Michael Pineda

And That Happened: Thursday’s scores and highlights

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Yankees 4, Red Sox 1: Michael Pineda was the whole story. Both for pitching a shutout into the seventh and for having some gunk on his hands that sorta looked like pine tar but which, because no one complained about it or brought it to the umps’ attention, couldn’t be examined or dealt with in any way. It was gone by the fifth, so let’s just put this one in the file along with Clay Buchholz’s Bullfrog sunscreen and pretend it never happened. Haha, kidding. We’ll be talking about it all day because that’s what we do. Here, let me start things off: “Heh, more like Michael Pine-tar-eda, amirite?” Eh, sorry. We’ll work on that.

White Sox 7, Indians 3: If I told you Danny Salazar struck out ten of the first 11 batters he faced, you’d think he had a good night. Welp, no. He had a crappy night, those strikeouts notwithstanding (3.2. IP, 6 H, 5ER, 2 BB, 2 HR). Jose Abreu, however, had a fantastic night, homering once off Salazar and once off the inappropriately named Josh Outman. Abreu is hitting .300/.383/.725 on the young season.

Diamondbacks 6, Giants 5:  Tony Campana and Cliff Pennington don’t start much, but the former had four hits and the latter three Pennington. And the former drove the latter in for the go-ahead run in the 10th. The Dbacks took two of three.

Mets 6, Braves 4: Eric Young got three hits, stole three bases and scored four times. He stole five bases in the three-game series. Any team not running wild on the Braves isn’t doing it right, by the way, as Evan Gattis and Ryan Doumit have shown that they really aren’t a threat to base runners with even a modicum of speed. Justin Upton hit two homers.

Editor’s Note: Hardball Talk‘s partner FanDuel is hosting a one-day $30,000 Fantasy Baseball league for Friday evening MLB games. It’s $25 to join and first prize is $5,000. Starts at 7:05pm ET on FridayHere’s the FanDuel link.

Brewers 6, Phillies 2: The Brewers have won six straight, all on the road. In Philly, the scored 25 runs and notched 38 hits in a three-game sweep. Ryan Braun was 6 for 12 with 10 RBI in the series, giving him 24 RBI in 21 career games in Citizens Bank Park. The Phillies should totally trade for him. He’d look great there. Plus: they’d cheer for him like crazy, current claims by Phillies fans to their superior ethics and morals notwithstanding.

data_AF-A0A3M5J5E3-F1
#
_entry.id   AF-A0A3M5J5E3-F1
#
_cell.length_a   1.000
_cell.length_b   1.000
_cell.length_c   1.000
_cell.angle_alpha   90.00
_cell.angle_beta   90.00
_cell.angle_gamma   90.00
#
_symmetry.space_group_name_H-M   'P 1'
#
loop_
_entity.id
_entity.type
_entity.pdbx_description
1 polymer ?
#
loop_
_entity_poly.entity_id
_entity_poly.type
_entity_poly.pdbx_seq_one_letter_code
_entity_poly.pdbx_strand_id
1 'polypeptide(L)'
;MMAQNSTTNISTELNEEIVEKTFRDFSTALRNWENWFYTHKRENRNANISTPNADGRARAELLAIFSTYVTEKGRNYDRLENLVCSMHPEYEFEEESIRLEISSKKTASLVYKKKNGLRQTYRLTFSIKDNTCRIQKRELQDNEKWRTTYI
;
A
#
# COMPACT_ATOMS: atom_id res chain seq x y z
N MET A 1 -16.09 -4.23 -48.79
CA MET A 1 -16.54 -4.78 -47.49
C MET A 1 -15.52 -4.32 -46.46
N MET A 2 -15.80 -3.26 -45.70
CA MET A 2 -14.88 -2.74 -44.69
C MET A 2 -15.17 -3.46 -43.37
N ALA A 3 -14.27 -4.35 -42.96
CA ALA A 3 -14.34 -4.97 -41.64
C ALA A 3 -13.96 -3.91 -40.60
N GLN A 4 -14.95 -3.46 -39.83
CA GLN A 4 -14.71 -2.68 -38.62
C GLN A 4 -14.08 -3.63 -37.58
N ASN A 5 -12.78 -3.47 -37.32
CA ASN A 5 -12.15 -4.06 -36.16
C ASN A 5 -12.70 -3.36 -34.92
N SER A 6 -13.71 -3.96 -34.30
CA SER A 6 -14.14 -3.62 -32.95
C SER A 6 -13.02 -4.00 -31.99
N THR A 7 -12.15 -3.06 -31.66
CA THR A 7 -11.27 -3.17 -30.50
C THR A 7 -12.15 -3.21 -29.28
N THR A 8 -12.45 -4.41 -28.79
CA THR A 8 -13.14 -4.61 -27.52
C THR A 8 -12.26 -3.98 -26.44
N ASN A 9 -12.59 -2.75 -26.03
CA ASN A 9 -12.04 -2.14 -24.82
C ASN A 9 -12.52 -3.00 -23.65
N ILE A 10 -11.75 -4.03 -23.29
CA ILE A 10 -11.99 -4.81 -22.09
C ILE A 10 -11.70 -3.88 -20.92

Astros 6, Blue Jays 4: Former big league knuckleballer Steve Sparks is a radio broadcaster for the Astros. Yesterday, as he did once last year, Sparks tossed knuckleballs in BP to Astros hitters to prepare them to face R.A. Dickey. Then, as last year, they weren’t too fazed with R.A. Dickey, notching five runs on six hits in seven innings. Dallas Keuchel allowed one run over seven while striking out six.

Nationals 7, Marlins 1: Stephen Strasburg was on point, striking out 12 over six and two-thirds. His only mistake was a solo home run surrendered to Marcell Ozuna to make it 2-1 Nats, but a five-spot by Washington in the eighth — including an Ian Desmond grand slam — secured things after Strasburg departed.

Pirates 5, Cubs 4: Down 4-0 in the seventh, the Pirates rallied for five, via a three-run shot from Pedro Alvarez and a two-run pinch hit homer from Travis Snider. That blew a nice pitching performance from Travis Wood (6 IP, 4 H, 1 ER 9K).

Athletics 6, Twins 1: Dan Straily pitched three-hit ball for seven innings even though he had nothing approaching his best stuff. You can do that when you’re facing the Twins, of course.

Some Mets fans are not happy that Beyonce is playing at Citi Field

Beyoncé performs during halftime of the NFL Super Bowl 50 football game between the Denver Broncos and the Carolina Panthers, Sunday, Feb. 7, 2016, in Santa Clara, Calif.  (AP Photo/Jae C. Hong)
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The funny thing about that “stick to sports” stuff I was going on about the other day is that, in reality, a whole lot of the people who say “stick to sports” don’t really want to just stick to sports. They’re totally cool going on about political, social or cultural stuff as long as it fits their world view. It’s not “stick to sports.” It’s “don’t talk about the social implications of sports-related stuff in ways that upset me.” If sports and culture come together in other ways, however, they’re completely fine in grinding their axe.